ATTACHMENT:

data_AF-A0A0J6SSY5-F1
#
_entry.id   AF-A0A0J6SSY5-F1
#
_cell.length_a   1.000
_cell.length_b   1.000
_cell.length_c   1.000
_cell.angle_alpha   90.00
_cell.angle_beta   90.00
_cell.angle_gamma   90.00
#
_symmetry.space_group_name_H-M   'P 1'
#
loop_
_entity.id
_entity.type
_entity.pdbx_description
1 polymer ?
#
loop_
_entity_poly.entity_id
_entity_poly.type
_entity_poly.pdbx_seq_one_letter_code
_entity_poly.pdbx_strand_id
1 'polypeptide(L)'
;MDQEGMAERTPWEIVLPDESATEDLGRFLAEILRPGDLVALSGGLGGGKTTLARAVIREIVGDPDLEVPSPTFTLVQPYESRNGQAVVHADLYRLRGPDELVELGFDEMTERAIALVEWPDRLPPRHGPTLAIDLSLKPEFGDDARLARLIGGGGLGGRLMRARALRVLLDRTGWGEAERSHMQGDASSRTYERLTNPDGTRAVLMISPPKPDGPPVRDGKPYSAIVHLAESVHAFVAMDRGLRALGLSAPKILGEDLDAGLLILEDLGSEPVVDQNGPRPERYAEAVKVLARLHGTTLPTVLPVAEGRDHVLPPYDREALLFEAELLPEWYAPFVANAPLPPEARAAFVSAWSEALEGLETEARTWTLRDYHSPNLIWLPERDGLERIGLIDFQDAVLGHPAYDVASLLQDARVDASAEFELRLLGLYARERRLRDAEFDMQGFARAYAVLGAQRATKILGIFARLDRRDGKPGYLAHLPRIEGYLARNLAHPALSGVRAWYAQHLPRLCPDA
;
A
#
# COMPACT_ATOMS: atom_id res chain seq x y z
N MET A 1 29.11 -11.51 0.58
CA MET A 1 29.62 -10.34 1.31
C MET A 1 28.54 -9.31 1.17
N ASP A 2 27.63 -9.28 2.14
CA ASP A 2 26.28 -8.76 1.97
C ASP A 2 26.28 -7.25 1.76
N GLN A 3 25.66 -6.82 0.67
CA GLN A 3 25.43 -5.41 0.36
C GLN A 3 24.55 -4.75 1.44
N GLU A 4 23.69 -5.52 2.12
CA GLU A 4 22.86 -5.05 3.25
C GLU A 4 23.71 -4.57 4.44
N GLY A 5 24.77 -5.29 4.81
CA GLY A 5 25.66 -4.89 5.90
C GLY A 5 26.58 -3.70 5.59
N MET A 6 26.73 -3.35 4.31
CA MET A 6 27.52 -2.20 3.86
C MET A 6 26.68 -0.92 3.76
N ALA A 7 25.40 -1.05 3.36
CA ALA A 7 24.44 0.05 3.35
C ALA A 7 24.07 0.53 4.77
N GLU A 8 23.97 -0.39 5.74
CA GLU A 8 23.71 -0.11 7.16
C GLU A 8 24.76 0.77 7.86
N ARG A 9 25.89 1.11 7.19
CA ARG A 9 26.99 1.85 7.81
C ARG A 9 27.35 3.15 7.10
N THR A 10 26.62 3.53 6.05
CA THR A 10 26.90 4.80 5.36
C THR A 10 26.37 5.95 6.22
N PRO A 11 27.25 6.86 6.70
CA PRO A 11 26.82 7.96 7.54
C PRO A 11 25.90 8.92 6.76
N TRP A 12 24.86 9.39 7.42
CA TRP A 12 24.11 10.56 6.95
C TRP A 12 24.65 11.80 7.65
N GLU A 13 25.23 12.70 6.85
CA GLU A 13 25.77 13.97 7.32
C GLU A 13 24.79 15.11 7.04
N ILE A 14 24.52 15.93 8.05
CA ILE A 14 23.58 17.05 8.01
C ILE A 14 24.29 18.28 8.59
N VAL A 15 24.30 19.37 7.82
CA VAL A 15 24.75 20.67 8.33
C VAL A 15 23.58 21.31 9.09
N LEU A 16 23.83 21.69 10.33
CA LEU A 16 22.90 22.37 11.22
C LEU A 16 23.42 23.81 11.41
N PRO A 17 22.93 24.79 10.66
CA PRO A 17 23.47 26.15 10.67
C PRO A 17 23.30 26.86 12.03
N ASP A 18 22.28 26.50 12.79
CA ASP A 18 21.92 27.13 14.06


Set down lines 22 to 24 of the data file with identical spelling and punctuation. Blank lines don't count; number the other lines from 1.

_entity_poly.type
_entity_poly.pdbx_seq_one_letter_code
_entity_poly.pdbx_strand_id